Lucy G. Acosta

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Lucy G. Acosta (October 4, 1926 – March 8, 2008)[1] was a Mexican-American activist who served under various mayors of El Paso, Texas in her efforts to better the lot of Mexican-Americans and all EL Pasoans. She was elected to the Texas Women's Hall of Fame in 1987.[2] The Lucy G. Acosta Humanitarian Awards were named in her honor, and have been presented every year since 1993.[2]

Early years and education[edit]

Lucy Acosta was three years old when her father was killed. She was six years old when her family moved from Miami, Arizona to El Paso, Texas.[3]

She attended Bowie High School and graduated in the top ten of her class. She then attended International Business College and graduated in 1945.[3]

Marriage[edit]

She married Alejandro Acosta in 1948 and had two children, Alex and Danny.[3]

League of United Latin American Citizens[edit]

Acosta joined the League of United Latin American Citizens (LULAC) in 1957 and helped organize LULAC's Ladies Council #335, which was officially chartered in 1958.[3]

Election of El Paso's First Mexican-American Mayor[edit]

Acosta and Ladies Council #335 was instrumental in garnering campaign funds, as well as campaigning for Raymond Telles, the first Mexican-American mayor of El Paso.

This successful political activity caused Acosta to become much more involved in politics. She was appointed to many committees during Telles tenure, and when future mayors came on the scene she served on committees for them as well.

Texas Bar Association[edit]

Acosta was appointed to the 17th District Bar Association of Law Examiners, becoming the first woman and layperson in the history of the Texas Bar Association to receive that appointment.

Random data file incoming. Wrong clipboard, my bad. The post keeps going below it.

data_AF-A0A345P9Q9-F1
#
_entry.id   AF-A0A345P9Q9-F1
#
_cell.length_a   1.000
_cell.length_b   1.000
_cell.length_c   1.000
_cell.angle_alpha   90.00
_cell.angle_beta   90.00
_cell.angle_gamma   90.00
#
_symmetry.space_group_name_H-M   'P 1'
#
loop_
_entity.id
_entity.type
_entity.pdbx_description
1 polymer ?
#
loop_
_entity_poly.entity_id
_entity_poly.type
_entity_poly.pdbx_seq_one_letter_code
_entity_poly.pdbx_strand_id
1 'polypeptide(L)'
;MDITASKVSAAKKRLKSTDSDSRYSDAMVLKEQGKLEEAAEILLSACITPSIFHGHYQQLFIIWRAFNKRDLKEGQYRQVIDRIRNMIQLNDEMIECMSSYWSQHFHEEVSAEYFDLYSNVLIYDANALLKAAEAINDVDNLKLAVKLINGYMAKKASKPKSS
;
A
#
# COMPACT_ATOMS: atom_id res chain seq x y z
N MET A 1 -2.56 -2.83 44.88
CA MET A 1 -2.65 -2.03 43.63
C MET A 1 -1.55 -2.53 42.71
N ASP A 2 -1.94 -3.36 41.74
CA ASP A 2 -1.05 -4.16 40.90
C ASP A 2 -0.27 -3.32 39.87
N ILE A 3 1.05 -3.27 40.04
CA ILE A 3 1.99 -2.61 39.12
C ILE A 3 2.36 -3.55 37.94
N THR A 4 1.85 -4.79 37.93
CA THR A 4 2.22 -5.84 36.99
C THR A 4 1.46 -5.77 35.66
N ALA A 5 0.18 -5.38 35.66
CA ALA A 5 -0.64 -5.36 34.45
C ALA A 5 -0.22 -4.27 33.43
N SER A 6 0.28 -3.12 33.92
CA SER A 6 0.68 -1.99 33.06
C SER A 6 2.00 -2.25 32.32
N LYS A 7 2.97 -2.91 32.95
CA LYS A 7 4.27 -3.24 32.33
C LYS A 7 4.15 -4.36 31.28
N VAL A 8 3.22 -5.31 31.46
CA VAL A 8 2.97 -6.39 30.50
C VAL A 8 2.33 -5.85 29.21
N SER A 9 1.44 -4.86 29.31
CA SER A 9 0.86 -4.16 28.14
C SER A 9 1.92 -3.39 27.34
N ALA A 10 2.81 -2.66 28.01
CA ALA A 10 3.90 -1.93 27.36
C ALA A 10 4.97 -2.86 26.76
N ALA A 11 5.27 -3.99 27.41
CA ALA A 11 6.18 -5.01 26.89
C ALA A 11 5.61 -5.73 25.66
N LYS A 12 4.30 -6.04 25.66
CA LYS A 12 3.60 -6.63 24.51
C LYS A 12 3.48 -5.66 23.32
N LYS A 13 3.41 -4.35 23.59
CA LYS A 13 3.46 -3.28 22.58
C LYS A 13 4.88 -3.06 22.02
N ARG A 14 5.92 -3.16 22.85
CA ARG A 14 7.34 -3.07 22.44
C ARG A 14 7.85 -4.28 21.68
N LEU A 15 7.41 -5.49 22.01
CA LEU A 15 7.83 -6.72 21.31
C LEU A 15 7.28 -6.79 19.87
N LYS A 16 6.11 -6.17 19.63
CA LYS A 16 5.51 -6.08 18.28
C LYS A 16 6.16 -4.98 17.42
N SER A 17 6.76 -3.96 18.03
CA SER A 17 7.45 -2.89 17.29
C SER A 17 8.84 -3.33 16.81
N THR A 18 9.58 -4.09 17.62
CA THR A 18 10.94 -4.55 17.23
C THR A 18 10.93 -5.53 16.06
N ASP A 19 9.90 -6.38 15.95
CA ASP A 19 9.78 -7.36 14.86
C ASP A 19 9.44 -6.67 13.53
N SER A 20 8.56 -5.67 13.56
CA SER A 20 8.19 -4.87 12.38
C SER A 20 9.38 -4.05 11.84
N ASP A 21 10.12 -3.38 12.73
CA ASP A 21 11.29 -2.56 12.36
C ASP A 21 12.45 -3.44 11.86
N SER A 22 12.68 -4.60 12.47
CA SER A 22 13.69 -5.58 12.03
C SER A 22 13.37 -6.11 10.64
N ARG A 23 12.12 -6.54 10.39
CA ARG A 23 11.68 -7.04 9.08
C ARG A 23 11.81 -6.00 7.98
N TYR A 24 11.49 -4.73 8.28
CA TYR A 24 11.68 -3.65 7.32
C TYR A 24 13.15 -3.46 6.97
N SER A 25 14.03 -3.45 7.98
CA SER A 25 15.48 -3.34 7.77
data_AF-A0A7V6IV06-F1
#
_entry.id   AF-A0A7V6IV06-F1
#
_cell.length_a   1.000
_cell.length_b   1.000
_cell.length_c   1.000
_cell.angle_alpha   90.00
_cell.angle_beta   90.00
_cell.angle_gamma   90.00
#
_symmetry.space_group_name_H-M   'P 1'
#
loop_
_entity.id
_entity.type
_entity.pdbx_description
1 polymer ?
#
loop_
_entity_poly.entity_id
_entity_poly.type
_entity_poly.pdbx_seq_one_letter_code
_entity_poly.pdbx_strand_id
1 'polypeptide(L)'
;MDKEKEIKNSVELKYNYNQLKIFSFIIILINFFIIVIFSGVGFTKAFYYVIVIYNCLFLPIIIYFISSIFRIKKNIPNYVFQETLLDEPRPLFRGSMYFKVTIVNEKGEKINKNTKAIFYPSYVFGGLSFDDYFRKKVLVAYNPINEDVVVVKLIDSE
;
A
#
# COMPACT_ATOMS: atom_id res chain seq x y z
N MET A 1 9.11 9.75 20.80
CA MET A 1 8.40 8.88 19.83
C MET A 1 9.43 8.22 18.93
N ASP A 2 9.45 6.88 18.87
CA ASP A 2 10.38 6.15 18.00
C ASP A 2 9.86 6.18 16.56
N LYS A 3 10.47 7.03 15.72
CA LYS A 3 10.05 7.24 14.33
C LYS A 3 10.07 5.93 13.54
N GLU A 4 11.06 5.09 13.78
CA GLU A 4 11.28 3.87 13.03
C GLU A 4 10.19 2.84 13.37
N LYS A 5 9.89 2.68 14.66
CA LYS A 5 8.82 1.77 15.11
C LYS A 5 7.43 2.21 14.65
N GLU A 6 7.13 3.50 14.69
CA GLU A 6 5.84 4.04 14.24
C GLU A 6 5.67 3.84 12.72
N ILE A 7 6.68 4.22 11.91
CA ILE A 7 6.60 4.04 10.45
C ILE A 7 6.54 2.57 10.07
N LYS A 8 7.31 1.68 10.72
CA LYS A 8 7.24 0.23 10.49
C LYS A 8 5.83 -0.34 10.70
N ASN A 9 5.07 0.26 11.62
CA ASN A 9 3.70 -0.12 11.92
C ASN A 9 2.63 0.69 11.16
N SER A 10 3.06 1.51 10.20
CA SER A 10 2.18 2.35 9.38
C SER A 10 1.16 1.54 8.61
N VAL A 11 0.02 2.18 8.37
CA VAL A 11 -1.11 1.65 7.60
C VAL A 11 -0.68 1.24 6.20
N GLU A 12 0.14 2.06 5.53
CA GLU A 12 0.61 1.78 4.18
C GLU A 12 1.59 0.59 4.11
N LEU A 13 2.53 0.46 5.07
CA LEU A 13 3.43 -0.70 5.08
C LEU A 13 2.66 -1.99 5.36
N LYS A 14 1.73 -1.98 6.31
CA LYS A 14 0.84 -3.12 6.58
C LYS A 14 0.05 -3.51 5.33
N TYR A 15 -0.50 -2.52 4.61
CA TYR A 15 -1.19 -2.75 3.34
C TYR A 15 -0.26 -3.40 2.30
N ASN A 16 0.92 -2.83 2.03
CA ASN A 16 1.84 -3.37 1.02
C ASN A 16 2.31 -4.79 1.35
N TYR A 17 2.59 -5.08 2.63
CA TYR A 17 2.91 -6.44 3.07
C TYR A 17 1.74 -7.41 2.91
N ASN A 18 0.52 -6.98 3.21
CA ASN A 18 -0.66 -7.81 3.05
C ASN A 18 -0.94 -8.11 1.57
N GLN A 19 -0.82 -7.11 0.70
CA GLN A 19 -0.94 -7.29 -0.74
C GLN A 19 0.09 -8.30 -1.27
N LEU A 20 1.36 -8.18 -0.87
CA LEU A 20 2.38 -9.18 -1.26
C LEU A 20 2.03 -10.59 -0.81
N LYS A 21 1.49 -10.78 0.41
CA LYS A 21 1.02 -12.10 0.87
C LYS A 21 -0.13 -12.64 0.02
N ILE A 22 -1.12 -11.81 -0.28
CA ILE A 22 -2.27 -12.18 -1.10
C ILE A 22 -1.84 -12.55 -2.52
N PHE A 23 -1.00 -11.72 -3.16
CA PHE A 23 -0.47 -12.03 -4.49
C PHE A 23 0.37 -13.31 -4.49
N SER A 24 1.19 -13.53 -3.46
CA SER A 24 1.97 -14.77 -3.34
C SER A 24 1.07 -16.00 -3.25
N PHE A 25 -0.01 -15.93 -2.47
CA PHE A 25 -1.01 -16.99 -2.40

Acosta was the co-founder and developer of Project Amistad, a flagship social service program that assisted the elderly and disabled in the El Paso community.[2] She also served as its executive director of Project Amistad.

She was also the first woman to be elected to the El Paso Community College Board of Trustees; and the first woman in the history of El Paso to be appointed civil service commissioner. In 1982 she was awarded the United Way's annual volunteer service award, becoming the first El Paso resident to receive such an award.

Honors and legacy[edit]

In 1963 and 1973 she was selected Outstanding LULAC National Woman of the Year and Outstanding LULAC Woman for the State of Texas.

The Lucy G. Acosta Humanitarian Awards were named in her honor in 1993. The awards have been presented ever since.[4] She was inducted into the Texas Women's Hall of Fame in 1987.[2] She is also a member of the El Paso Women Hall of Fame.[5]

References[edit]

  1. ^ "Lucy G Acosta". Death-record.com. Retrieved 2013-05-15. 
  2. ^ a b c d "Texas Women's Hall of Fame: Acosta, Lucy G.". Texas Woman's University. Retrieved 2013-05-15. 
  3. ^ a b c d Latinas in the United States. Indiana University Press. 2006. ISBN 978-0-253-11169-2. 
  4. ^ "Lucy G. Acosta Humanitarian Awards". El Paso Times. 2011-05-14. Retrieved 2013-05-15. 
  5. ^ "El Paso Hall of Fame Members". El Paso Commission for Women. September 9, 2008. Retrieved 2013-05-15. 

External links[edit]